Raumfahrt - A panoramic view of Chinas Xichang Satellite Launch Centre



A view of the LC2 and LC3 launch towers at Xichang Satellite Launch Centre, Sichuan Province, China.


A website is allowing internet users to take a panoramic virtual tour of China's Xichang Satellite Centre in the hills of Sichuan Province.

The webpage, created by, takes the visitor zooming down from on high to a close view of the LC2 and LC3 launch complexes from which China launches multiple rockets each year.

From there it is possible to explore different views of the launch towers, the valley and surroundings, and viewing areas. Clicking on icons also provides extra info and footage of launches from Xichang.

Other possibilities include the site's space museum, which contains a Shenzhou crewed space capsule and models of Chang'e lunar spacecraft and Long March rockets.


A Shenzhou capsule on display at Xichang.


Xichang background

Xichang was chosen to be China's second launch site, after Jiuquan in the Gobi Desert, in 1969. The location - far from both the coast and US bomber, and also the border with the then Soviet Union - was selected during the Cold War amid heightened security concerns and fear of attack from both superpowers.

Xichang Satellite Launch Centre (西昌卫星发射中心) became operational in 1984, and in February 1996 was the scene of the disastrous and fatal first launch of the Long March 3B rocket, designed to be China's largest rocket yet and deliver payloads to geosynchronous orbits.


The launch vehicle has since gone on to loft missions for the Chinese Lunar Exploration Project, including Chang'e-3, which saw a lander and rover soft-land on the lunar surface in December 2013.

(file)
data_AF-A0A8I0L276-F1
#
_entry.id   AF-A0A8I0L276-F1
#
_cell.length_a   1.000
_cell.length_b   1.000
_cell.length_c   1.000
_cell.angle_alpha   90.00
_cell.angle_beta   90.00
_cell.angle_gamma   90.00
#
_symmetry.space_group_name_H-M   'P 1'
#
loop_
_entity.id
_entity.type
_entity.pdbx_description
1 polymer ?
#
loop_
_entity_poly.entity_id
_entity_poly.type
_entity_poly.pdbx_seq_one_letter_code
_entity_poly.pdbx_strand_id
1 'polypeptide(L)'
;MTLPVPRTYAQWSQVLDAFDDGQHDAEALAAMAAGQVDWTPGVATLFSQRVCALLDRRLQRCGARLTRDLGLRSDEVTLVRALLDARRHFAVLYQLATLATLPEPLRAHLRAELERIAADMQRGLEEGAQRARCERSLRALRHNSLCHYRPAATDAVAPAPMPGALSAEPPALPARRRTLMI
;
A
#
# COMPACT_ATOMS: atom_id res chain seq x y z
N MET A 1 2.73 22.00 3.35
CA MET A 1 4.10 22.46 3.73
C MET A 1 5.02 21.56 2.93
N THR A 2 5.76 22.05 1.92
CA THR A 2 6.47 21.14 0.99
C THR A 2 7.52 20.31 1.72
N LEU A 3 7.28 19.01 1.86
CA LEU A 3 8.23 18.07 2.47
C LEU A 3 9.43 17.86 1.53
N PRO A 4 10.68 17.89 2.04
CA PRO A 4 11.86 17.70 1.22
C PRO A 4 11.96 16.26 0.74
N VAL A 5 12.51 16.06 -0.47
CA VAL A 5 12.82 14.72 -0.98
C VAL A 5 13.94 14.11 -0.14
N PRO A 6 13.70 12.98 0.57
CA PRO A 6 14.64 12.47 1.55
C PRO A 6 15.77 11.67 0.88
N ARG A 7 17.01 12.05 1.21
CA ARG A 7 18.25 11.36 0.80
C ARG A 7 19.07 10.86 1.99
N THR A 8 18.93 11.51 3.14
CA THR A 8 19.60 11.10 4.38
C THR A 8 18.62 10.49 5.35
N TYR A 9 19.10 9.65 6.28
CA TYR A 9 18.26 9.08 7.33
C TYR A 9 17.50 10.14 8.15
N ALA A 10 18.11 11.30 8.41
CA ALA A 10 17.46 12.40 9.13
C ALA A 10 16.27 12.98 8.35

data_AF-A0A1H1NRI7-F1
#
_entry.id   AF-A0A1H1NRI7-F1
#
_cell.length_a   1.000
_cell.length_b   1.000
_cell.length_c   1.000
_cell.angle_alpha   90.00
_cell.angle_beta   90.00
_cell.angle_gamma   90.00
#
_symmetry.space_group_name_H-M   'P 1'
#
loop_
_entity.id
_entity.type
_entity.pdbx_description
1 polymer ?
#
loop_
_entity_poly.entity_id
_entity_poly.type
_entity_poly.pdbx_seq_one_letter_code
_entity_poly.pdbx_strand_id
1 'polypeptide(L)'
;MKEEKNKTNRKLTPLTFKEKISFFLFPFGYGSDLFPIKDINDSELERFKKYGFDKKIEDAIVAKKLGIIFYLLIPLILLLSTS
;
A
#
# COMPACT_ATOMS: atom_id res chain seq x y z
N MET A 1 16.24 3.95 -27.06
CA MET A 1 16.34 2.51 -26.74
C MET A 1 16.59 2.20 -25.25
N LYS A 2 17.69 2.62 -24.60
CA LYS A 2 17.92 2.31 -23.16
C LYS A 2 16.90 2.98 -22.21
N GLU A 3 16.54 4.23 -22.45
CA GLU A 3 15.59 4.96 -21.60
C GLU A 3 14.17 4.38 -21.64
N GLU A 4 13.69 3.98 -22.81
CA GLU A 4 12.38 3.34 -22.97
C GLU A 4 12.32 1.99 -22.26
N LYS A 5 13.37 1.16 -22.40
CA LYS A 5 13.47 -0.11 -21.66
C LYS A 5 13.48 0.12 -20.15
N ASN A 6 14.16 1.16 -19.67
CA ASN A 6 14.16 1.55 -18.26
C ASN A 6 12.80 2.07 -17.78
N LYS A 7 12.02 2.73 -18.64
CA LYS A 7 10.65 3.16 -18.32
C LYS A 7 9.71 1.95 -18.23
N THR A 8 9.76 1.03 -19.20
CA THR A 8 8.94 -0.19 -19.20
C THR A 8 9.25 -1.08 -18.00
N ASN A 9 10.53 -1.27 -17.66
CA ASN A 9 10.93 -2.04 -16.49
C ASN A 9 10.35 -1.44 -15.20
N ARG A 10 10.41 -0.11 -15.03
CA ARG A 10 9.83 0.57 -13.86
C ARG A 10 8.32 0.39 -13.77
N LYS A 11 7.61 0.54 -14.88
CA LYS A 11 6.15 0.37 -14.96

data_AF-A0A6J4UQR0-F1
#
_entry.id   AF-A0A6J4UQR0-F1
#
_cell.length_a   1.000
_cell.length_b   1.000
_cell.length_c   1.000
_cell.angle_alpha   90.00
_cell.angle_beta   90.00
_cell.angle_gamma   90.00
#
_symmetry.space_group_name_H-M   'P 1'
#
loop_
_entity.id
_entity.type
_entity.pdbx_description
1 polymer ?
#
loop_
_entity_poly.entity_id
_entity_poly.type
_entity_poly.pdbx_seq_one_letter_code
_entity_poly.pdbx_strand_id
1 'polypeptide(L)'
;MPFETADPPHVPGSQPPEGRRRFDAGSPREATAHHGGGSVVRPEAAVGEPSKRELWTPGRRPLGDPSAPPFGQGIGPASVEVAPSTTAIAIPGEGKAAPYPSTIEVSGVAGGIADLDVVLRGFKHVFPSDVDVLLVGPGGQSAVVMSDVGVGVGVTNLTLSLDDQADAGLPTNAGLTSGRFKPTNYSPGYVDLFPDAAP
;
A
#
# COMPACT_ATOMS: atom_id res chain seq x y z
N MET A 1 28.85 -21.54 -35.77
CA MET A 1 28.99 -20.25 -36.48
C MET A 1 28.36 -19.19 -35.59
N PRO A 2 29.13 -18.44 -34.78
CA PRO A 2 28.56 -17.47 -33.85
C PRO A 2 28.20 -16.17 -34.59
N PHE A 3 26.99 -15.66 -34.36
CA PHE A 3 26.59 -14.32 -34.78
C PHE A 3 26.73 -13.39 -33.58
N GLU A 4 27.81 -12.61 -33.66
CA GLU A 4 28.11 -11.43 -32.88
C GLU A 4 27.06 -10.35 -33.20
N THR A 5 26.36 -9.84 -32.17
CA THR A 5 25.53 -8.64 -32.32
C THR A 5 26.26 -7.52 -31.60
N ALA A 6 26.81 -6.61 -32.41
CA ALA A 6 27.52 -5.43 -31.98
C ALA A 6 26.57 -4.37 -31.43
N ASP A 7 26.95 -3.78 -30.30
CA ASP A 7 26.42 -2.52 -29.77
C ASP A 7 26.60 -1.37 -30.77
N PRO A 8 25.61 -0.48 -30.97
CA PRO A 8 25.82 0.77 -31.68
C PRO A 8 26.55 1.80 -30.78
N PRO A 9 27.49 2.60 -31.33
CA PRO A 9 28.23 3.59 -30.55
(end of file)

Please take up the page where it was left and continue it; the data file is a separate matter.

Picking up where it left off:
While chosen for national security reasons, the inland location also means that debris from launches threatens areas downrange. provides an overview of some of the technical aspects of Xichang.


A far off view of the Xichang Satellite Launch Centre.


The development of the Long March 7 rocket and a new launch complex at Wenchang means that eventually launches to geosynchronous orbits will move from Xichang to the more favourable southern site on Hainan island.

Other sites have also recently had panoramic treatment. Ahead of the launch of the Tiangong-2 space lab last year, a now-deleted webpage provided an explorable look at the Long March 2F-T2 at Jiuquan. 

The launch of the second Long March 7, carrying China's first space freighter, Tianzhou-1, in April, also saw a 360-degree, close-up view of the launch at Wenchang.


Screenshot from a 360-degree panorama of the Long March 2F-T2 carrying the Tiangong-2 space lab at Jiuquan in 2016.

Quelle: gbtimes

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